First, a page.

Bobby Bryan doesn't take his role as a bandleader lightly. Sure, when he's up on stage at Adair's Lounge, 121 W. Main St., leading his polished blues quartet through its paces, he's as insouciant as can be. Stage patter flows freely from his mouth during engaging (and, at times, appropriately salacious) intros to each song, and he sings just as easily in a smooth tenor voice. When he presses down on his wah-wah and steps back from the mike to show off his quicksilver guitar skills, his hands look as if they've been molded to the neck of his red Stratocaster.
But that polished musicianship didn't come overnight. In fact, the Los Angeles native spent the better part of 20 years easing into the role of a blues man.
"It's not about playing a million notes," says Bryan, who got his start playing five sets, five nights a week at Babe's & Ricky's Inn, an L.A. blues institution. "You can't learn all the stuff you need to lead a band without a certain amount of experience. I'd been told, ‘When you're 35, 36, that's when you'll get it. And I'm finding that to be true. Now it's almost as if the conversation I'm having with my guitar just automatically comes out on stage."
That easy conversation is evident all over Bryan's excellent debut CD, Stranger Blues. Whether he's working a harder blues groove on the Elmore James chestnut from which the album takes its title, oozing through the R&B-flavored evocation of urban alienation "The Devil's Playground" or making like Robert Cray on the slow burn of "Save Your Tears (For the Next Fool)," Bryan displays remarkable facility on the fret board. On the full-blown version of Willie Dixon's "I Just Want to Make Love to You" that closes the 11-song set, he stretches out stylishly, crossing gutbucket blues with Hendrix-inspired psychedelic rocking.
And unlike many younger blues players, Bryan comes across as completely natural in his vocal style. He isn't playing at being a blues man. He is one.
Bryan's mentors read like a who's who of the blues. Back in L.A., he went to high school across the street from Albert Collins' home and managed to cadge a few guitar tips from the late Texas legend. Bobby Blue Bland's longtime bandleader Wayne Bennett also offered him advice, and told him that one day he'd be a good guitar player. "Not as good as him," Bryan smiles, remembering Bennett's qualified praise. "But a good guitar player."
At Babe's & Ricky's, Bryan met up with Arkansas Larry Davis, who took him out on the road for his first extended tour. By that time, Bryan had earned a couple of degrees and was working full-time as a college adviser in the California state university system, but he was still a kid in the blues world. Davis made that clear from the first.
"He took me under his wing," says Bryan. "But at first I didn't think he liked me. I went for a year dealing with Larry where he never called me by my name. His name for me was ‘Hey, motherfucker!' And there were constant threats to get fired if I didn't play right. It was sort of an old-school sink-or-swim situation where no one's ever going to be nice to you. Later on he was nice, though. I'd go over to his house, he'd give me voice lessons and we'd hang out and listen to music."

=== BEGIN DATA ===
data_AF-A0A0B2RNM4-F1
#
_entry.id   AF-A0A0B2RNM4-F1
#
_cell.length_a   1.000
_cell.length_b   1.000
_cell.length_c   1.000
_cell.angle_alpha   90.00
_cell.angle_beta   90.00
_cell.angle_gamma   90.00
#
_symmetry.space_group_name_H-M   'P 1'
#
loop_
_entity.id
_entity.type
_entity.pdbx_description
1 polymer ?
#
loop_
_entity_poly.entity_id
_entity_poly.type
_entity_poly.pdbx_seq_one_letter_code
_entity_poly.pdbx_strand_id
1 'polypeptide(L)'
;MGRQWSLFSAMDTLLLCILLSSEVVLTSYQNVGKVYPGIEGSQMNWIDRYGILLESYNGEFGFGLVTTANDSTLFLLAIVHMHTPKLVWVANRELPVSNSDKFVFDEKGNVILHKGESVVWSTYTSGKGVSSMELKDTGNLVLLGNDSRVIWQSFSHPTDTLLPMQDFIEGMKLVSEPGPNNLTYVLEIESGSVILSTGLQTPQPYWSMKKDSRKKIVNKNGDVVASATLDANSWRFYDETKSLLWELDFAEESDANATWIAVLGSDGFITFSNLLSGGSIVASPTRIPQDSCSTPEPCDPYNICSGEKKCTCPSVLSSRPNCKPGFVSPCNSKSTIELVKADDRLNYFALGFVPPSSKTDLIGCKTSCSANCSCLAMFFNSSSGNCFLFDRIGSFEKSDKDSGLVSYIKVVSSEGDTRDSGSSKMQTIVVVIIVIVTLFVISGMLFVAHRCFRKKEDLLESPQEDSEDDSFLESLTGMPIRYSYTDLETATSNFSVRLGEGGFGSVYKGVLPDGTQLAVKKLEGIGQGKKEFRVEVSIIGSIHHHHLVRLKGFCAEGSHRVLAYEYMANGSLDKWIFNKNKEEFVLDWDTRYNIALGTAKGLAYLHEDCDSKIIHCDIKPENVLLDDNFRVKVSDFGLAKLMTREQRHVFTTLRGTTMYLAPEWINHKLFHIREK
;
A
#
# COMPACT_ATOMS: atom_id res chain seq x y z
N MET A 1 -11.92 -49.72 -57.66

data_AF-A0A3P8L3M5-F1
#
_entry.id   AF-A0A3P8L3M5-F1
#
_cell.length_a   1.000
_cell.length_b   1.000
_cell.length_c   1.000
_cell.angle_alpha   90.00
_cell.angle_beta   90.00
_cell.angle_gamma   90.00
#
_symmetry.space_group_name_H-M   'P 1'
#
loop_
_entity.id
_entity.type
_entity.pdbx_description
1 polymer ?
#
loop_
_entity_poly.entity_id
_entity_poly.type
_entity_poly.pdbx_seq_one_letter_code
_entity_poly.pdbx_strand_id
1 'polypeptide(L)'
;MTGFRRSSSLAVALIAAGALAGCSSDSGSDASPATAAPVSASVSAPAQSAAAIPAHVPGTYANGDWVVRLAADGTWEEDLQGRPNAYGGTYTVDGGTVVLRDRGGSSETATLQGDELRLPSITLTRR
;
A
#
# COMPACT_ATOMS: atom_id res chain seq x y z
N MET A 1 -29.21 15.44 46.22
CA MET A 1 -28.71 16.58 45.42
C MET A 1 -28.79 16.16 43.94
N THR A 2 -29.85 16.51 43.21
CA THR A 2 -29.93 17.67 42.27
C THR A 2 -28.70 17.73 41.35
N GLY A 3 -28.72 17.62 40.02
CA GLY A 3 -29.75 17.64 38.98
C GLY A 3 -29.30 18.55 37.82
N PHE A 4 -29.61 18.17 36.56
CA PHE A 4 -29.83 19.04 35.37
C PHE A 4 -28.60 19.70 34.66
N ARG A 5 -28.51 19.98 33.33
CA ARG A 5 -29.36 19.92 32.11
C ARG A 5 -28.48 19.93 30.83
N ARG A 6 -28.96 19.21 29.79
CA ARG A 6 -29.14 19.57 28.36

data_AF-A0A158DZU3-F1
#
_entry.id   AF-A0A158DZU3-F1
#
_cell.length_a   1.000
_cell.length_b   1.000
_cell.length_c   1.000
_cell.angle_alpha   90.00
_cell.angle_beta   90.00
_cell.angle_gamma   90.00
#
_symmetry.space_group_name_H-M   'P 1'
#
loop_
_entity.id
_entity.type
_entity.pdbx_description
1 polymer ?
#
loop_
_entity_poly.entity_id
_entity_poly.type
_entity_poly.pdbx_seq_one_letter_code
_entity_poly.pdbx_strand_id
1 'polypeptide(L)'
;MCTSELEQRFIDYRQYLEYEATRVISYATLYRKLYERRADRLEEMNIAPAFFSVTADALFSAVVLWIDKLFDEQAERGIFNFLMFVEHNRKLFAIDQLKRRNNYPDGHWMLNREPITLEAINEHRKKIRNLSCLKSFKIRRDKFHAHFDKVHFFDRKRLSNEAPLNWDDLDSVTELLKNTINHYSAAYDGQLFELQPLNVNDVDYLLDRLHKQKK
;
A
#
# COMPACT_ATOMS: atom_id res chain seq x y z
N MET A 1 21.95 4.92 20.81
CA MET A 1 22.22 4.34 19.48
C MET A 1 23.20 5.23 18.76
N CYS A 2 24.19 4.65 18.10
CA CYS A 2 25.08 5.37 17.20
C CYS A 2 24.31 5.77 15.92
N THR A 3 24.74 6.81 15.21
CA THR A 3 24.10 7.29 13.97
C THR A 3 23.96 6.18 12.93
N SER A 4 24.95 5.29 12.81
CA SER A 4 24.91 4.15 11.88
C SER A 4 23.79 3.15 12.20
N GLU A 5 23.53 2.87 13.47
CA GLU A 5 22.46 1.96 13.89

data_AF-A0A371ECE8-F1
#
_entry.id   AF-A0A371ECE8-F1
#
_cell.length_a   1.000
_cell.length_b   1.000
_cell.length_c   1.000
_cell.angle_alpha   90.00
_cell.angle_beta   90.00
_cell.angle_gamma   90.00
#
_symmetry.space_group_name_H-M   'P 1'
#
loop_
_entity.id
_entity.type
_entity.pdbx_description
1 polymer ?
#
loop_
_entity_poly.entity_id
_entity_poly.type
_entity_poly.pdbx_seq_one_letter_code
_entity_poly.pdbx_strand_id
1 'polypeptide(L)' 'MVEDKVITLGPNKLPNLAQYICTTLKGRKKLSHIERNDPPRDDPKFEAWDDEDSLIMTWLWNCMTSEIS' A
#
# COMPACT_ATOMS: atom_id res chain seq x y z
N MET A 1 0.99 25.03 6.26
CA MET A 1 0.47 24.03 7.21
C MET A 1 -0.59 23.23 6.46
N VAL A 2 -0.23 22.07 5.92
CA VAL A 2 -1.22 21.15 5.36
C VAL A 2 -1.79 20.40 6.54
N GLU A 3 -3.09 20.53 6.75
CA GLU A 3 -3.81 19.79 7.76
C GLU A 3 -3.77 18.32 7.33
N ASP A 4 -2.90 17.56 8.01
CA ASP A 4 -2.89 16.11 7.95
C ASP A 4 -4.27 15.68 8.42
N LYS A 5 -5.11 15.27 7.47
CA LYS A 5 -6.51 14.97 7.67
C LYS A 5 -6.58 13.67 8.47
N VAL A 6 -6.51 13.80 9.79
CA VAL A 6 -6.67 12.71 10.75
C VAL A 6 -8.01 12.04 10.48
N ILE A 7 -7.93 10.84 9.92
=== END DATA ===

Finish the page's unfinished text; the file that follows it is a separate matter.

Bryan came close to breaking out as a bandleader during his time in Southern California. But somehow, while Keb' Mo' and the other young players he'd backed were putting together national-level careers, things never clicked for him.
In 1999, when he followed his wife-to-be Maria to Madison, where she'd been accepted into a graduate program, it looked like Bryan might have to put the blues on hold. But after getting a job as a social worker at the Dane County Jail and settling into his new life in the Midwest, he discovered a whole community of talented, supportive musicians who helped push him closer to his dream.
"People said, ‘Man, there's nothing happening in Wisconsin,'" he says, recalling the move. "‘There's no music scene there. What are you thinking?' But I was fortunate. This has been a really good place for me to learn."
Bryan's first exposure to area clubs was as a sideman. He played with everyone from jazz singer Jan Wheaton to hip-hop fave Rob Dz, and for the first time in his career spent time refining his act.
"I'd never rehearsed with a band before," he says. "Instead of rehearsing, you'd just go out and play the show."
Once Bryan decided the time was right to assemble his own band, things came together quickly. He knew drummer Rick Flowers from Dz's group, and they'd already clicked. When his first bass player didn't work out, he met transplanted Chicagoan Lon Walker the next week. Steve Skaggs' stirring organ fit right in, too.
The shows at Adair's helped tighten up Bryan's new crew, as did regular rehearsals. Watching them elicit ecstatic cheers from a racially mixed crowd of college kids, middle-aged working stiffs and young couples dressed up for a night on the town, you can't help but be impressed. This is plainly one of the most professional acts of any stripe in Madison, and Bryan is one of the most self-assured showmen you're likely to encounter in local watering holes.
Ironically, even though Bryan now has the tools to win over just about any crowd, getting shows for the band hasn't been easy. These days he's getting good word of mouth around town, but he's still relatively unknown among area blues fans.
But having spent 20 years perfecting his act, Bryan isn't about to let a temporary problem with name recognition set him back. In fact, he thinks his Madison band could be his ticket to something much bigger than local fame.
"I've always been around other people who've made it," he says. "I just have to believe that at some point my turn will come as long as long as I continue to do it. I always hear from people: ‘You're as good as anybody out there.'"